“My people are already on it, too,” Mustapha growled. “You want to know what we’ve done locally? Ask!” The air between Mustapha and Eric felt charged like the electricity you felt before a thunderstorm. The Packmaster’s hair stood on end, and Eric’s eyes narrowed.
“You told me this was a bodyguard assignment,” the Packmaster continued. “You never told me there was an active threat.”
“We’re vampires,” Pam snorted. “There’s always an active threat!”
“There was no reason to believe there would be an attack,” Sookie intervened. “Rick and Brigid were up here on their own, but still they were in the middle of our kingdom. They should have been safe. We couldn’t have foreseen this.”
“Bullshit!” and Mustapha leaned forward. “Kyle was good people. I had big hopes for him. We all did. His Mom’s broken up about this,” and Mustapha turned his head to meet Eric’s eyes. “You think it’s so easy to flash your name and get results? It’s just like old times, Viking! You’re letting your pride do the talking, and it’s the two-natured that are bearing the consequences!”
“You don’t mean that!” Sookie protested. “We feel just terrible about Kyle. Rick can’t talk about it without tearing up. I saw the pictures from the cemetery. Anyone could see Kyle did his best to protect Brigid.”
“He shouldn’t have been there at all,” Mustapha growled, but Sookie could hear the Packmaster’s grief. “It was just dumb luck.”
“What do you mean?” Sookie asked.
Mustapha shrugged. “Kyle wasn’t supposed to be there. He was night shift, but his day relief had family issues.”
Sookie could feel Eric’s sudden interest as the same thought occurred to her. “What kind of family issues?” her husband asked the Packmaster.
Mustapha looked surprised, but then he just shook his head. “It’s not the first time, okay? Jace and Lyla have been married a while. They’re a good couple, both two-natured, but they’ve been going through a rough patch. Their oldest just started shifting and he’s giving them a run for their money and Lyla’s business hasn’t taken off.”
“So, they have money problems,” Eric said. It was the way he said it.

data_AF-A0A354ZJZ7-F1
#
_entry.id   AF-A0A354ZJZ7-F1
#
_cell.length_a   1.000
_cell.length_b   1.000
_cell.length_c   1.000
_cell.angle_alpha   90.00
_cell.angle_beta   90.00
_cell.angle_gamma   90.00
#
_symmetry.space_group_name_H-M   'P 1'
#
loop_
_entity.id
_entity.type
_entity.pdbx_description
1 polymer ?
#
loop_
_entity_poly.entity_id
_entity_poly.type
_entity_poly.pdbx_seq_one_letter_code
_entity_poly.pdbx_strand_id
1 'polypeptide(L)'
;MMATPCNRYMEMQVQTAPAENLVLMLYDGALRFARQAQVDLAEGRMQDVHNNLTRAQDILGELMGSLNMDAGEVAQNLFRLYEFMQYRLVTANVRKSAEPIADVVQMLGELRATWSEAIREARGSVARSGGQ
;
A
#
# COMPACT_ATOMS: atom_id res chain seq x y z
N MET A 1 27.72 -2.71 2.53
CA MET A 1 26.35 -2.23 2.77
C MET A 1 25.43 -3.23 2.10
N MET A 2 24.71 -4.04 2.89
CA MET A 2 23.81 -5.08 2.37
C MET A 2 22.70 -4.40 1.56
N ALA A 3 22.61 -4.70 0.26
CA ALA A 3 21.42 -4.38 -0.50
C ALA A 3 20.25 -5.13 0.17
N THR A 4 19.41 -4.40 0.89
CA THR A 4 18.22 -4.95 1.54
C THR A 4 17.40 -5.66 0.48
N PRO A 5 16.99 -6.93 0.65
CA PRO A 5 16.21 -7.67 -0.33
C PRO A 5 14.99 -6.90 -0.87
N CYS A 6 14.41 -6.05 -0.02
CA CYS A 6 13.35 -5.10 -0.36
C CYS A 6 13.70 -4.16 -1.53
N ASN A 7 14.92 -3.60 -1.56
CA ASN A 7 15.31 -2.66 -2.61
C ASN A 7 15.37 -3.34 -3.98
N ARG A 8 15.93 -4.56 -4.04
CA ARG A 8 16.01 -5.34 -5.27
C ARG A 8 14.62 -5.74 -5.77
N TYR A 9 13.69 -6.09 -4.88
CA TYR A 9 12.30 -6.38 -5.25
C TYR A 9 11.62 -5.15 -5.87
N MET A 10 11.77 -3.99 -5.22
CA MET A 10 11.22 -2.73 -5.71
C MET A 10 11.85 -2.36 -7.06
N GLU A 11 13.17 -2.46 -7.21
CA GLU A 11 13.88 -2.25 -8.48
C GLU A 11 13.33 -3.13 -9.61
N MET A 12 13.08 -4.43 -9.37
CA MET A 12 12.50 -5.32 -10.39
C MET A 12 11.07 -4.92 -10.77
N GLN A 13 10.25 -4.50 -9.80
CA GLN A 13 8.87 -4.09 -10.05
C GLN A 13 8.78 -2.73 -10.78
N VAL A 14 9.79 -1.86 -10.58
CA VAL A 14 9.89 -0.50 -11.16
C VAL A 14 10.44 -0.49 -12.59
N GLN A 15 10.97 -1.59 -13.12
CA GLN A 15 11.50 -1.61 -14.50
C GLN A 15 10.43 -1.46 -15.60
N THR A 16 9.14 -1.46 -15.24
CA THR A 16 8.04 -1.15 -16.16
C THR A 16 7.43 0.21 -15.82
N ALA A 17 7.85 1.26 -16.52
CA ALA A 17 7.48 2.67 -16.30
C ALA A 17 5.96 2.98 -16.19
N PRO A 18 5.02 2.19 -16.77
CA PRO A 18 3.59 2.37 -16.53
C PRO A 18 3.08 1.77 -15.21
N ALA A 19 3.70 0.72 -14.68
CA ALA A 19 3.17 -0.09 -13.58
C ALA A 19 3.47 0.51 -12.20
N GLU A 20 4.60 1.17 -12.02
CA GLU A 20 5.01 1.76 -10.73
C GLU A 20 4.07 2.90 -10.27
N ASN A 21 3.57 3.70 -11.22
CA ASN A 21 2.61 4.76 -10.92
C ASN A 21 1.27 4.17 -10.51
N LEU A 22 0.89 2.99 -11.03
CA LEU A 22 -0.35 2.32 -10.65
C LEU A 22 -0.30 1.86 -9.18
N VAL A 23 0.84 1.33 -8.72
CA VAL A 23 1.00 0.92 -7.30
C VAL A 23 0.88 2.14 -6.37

Mustapha’s eyes widened, “You’re wrong!” he protested, “I’ve known Lyla and Jace for years. Jace wouldn’t do that! He and Kyle were like brothers!”
Eric wasn’t backing down. “Hunter Savoy will be here tonight. Bring your vassal in now! If he’s as faithful as you say, he’ll be happy to clear his name.” Eric had his arrogance on full display and Sookie could almost taste the testosterone tingling in the air.
Sookie turned to Mustapha, thinking to defuse the situation. “You know about the weird glamour we’ve found in some humans. Well, we found it in Weres, too. It’s possible your man was influenced and doesn’t even realize it.”
Her gambit didn’t work. “Is that supposed to make me feel better?” and Mustapha Khan snarled every bit as effectively as her husband. “I’m sure you can’t imagine a world where everyone doesn’t love the wonderful Eric and Sookie Northman, but I can tell you for a fact, there’s a decided faction out there that doesn’t!” Mustapha’s eyes shone. “Not everyone was happy to see the Viking take over as King. Things weren’t great under De Castro, but at least he was an honest crook. But that’s not good enough for you!” Mustapha drew himself up. “No, now we need to give every bit as much as we did before, but in addition we need to love you as well! Well, I for one ain’t ready to bend the knee anymore!”
“You were paid for your services!” Eric hissed.
“Not enough!” Mustapha shouted back. “There was no need for my man to die. If you’d been honest with me from the beginning, we wouldn’t be standing here now!”
In his anger, Mustapha leaned closer to where Sookie stood and he brushed against her. She wasn’t prepared and Sookie fell to the floor. It was an honest mistake, but it was enough to put Eric over the edge. “You failed! You’re lucky I don’t demand physical restitution!” Eric’s fangs were fully extended and his eyes glowed. He hunched forward, ready to lunge.
“And there it is! That’s how it always is with you, Northman. I lost one of my own, but the only thing that matters to you is you and yours!” and the air around Mustapha started shimmering.
“Whoa, now!” and Jason jumped between them. “Just take a step back!” He placed a hand on Mustapha’s chest. “You lost one of your Pack and that’s a hard blow,” and then he turned to Eric. “You lost your son’s woman and you lost Karin’s friend. I’ll grant you, both were hard losses, but not the same as losing progeny. In fact, if it wasn’t for Mustapha and his man, you would have lost that little baby, too, and she is blood. Am I right?”
It was a cruel thing to say and Sookie could think of a dozen ways Jason was wrong, but for Eric, it worked. “They shouldn’t be dead. They were under my protection,” he growled.
“Like Kyle was under Mustapha’s protection,” and Jason nodded. “You need to remember who the real enemy is here. We have three dead people and we don’t know anywhere as much as we should We know that whoever did this moves during daylight. That means you’re going to need help hunting them.” Jason turned to Mustapha, “You may have heard some things about Northman and my sister, but fact is, they are the vampire rulers in this state. You’re influence pretty well ends in Shreveport. The people who did this may be here, but you can bet dollars to donuts the money that bought them came from somewhere else.” He stepped back to stand beside Sookie, “If you’re going to get justice for your own, you’re going to need to cooperate with each other.”
When he stepped between the two alpha males, Sookie was sure Mustapha and Eric would just manhandle Jason out of the way, but she had to hand it to her brother. His stunt worked enough to make them both back down a little.